Book Review: Ten Questions Science Can’t Answer (Yet) – A Guide to the Scientific Wilderness, by Michael Hanlon

If there’s one thing I’ve learned in my years of reading about and contributing to science, it’s the old cliche that the more I learn, the more I realize how much I don’t know. The method of science has revealed a whole lot about the universe we live in, but even the most well-established facts can be utterly mysterious if examined in depth. Most of this mystery is still too unfathomable to even be labeled as a mystery, beyond even the wildest speculation. However, there are some things we know enough about to ask good questions, but not yet enough to provide good answers. Michael Hanlon explores ten of these questions in this book.

The title is a bit misleading; this is not a comprehensive “guide”, but a rather random selection of ten mysteries. Some are what you’d expect – e.g., what is dark matter? What are consciousness and identity? But there are also some quirky topics you wouldn’t expect here – e.g., what really causes obesity? What should we do with stupid people? I found these rarely-tackled topics to be the most interesting.

It’s a quick read, written in an informal style and never delving too deep into any one topic. It’s just enough to stimulate your appetite for more information, but unfortunately Hanlon rarely provides sources for the science mentioned. That’s somewhat forgivable – this is, after all, a book of questions, not answers. Less forgivable is the preponderance of typos and shoddy writing (e.g., why does everyone have so much trouble distinguishing “which” and “that”?). I thought I was just being picky, but I got the book from the library and whoever read it before me went to the trouble of circling and correcting each of the many mistakes. Hilarious.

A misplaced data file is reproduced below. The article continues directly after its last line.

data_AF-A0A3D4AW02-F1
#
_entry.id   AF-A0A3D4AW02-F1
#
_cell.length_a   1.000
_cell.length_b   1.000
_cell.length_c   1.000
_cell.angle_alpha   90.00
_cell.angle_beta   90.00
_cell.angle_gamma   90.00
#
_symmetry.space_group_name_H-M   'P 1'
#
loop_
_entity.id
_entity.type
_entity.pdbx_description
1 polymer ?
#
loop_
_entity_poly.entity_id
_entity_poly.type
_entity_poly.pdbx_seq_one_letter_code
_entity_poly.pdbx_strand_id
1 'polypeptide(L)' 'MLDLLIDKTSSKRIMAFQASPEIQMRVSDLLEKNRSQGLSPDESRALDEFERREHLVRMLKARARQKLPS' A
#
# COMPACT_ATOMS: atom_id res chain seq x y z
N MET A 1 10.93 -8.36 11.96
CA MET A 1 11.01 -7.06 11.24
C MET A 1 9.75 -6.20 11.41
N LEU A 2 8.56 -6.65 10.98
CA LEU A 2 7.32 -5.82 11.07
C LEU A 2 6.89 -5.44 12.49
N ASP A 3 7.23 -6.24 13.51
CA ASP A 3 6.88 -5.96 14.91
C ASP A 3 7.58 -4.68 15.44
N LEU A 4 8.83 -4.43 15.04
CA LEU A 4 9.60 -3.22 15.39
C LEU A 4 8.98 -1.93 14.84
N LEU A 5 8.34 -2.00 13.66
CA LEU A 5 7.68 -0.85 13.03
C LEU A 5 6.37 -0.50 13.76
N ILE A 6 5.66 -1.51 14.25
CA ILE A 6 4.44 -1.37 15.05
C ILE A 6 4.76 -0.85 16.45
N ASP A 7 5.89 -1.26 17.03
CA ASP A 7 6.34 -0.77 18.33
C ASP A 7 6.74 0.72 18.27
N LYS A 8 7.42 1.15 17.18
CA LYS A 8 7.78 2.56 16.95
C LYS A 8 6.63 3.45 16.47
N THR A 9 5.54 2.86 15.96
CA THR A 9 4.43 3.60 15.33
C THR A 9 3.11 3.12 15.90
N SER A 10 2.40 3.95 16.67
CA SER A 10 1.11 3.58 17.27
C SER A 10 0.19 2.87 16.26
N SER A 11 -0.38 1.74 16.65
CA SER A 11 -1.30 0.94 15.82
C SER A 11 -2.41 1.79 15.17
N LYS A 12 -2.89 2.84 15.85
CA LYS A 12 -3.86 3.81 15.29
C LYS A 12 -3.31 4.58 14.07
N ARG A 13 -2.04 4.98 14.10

This book should be a light, entertaining read for both scientists and non-scientists. I think it would also be a great wake-up call for people who identify with the so-called “skeptical movement.” Skepticism is obviously a requirement for good science, but I think it is often taken too far, to the point where skeptics can claim that we already know everything there is to know about the universe (and therefore anything that contradicts current knowledge must be wrong). This book is just one reminder that no, actually, we know very little about the universe. Mystery is what makes science so exciting.